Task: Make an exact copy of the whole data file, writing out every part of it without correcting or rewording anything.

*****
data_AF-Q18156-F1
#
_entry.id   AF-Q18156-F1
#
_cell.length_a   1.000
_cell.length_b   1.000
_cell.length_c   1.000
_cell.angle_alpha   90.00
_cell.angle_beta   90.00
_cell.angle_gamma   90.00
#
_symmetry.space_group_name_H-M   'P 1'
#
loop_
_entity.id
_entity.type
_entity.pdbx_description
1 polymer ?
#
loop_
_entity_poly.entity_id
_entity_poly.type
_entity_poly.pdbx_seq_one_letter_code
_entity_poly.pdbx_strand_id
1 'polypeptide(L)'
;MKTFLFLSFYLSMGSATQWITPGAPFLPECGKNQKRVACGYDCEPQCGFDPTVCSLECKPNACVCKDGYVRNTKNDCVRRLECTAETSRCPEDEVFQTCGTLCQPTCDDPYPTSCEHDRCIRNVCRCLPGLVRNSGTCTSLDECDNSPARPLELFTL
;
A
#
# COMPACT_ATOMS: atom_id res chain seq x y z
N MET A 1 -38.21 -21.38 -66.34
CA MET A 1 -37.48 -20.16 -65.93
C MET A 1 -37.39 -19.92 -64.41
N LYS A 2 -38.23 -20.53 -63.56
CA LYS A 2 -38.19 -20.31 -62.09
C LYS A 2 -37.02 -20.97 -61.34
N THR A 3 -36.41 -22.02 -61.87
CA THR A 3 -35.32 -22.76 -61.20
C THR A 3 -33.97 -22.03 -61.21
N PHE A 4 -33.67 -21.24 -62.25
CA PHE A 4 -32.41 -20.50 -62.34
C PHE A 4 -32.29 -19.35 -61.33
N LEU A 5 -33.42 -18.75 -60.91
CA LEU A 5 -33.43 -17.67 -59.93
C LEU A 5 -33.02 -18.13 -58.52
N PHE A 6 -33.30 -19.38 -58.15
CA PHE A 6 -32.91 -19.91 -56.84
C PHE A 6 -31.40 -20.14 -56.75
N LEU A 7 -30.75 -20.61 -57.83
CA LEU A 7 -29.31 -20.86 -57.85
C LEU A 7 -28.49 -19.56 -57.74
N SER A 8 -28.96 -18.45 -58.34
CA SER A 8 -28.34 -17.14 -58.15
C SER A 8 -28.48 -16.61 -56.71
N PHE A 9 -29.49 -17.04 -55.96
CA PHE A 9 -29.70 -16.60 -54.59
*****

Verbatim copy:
data_AF-Q18156-F1
#
_entry.id   AF-Q18156-F1
#
_cell.length_a   1.000
_cell.length_b   1.000
_cell.length_c   1.000
_cell.angle_alpha   90.00
_cell.angle_beta   90.00
_cell.angle_gamma   90.00
#
_symmetry.space_group_name_H-M   'P 1'
#
loop_
_entity.id
_entity.type
_entity.pdbx_description
1 polymer ?
#
loop_
_entity_poly.entity_id
_entity_poly.type
_entity_poly.pdbx_seq_one_letter_code
_entity_poly.pdbx_strand_id
1 'polypeptide(L)'
;MKTFLFLSFYLSMGSATQWITPGAPFLPECGKNQKRVACGYDCEPQCGFDPTVCSLECKPNACVCKDGYVRNTKNDCVRRLECTAETSRCPEDEVFQTCGTLCQPTCDDPYPTSCEHDRCIRNVCRCLPGLVRNSGTCTSLDECDNSPARPLELFTL
;
A
#
# COMPACT_ATOMS: atom_id res chain seq x y z
N MET A 1 -38.21 -21.38 -66.34
CA MET A 1 -37.48 -20.16 -65.93
C MET A 1 -37.39 -19.92 -64.41
N LYS A 2 -38.23 -20.53 -63.56
CA LYS A 2 -38.19 -20.31 -62.09
C LYS A 2 -37.02 -20.97 -61.34
N THR A 3 -36.41 -22.02 -61.87
CA THR A 3 -35.32 -22.76 -61.20
C THR A 3 -33.97 -22.03 -61.21
N PHE A 4 -33.67 -21.24 -62.25
CA PHE A 4 -32.41 -20.50 -62.34
C PHE A 4 -32.29 -19.35 -61.33
N LEU A 5 -33.42 -18.75 -60.91
CA LEU A 5 -33.43 -17.67 -59.93
C LEU A 5 -33.02 -18.13 -58.52
N PHE A 6 -33.30 -19.38 -58.15
CA PHE A 6 -32.91 -19.91 -56.84
C PHE A 6 -31.40 -20.14 -56.75
N LEU A 7 -30.75 -20.61 -57.83
CA LEU A 7 -29.31 -20.86 -57.85
C LEU A 7 -28.49 -19.56 -57.74
N SER A 8 -28.96 -18.45 -58.34
CA SER A 8 -28.34 -17.14 -58.15
C SER A 8 -28.48 -16.61 -56.71
N PHE A 9 -29.49 -17.04 -55.96
CA PHE A 9 -29.70 -16.60 -54.59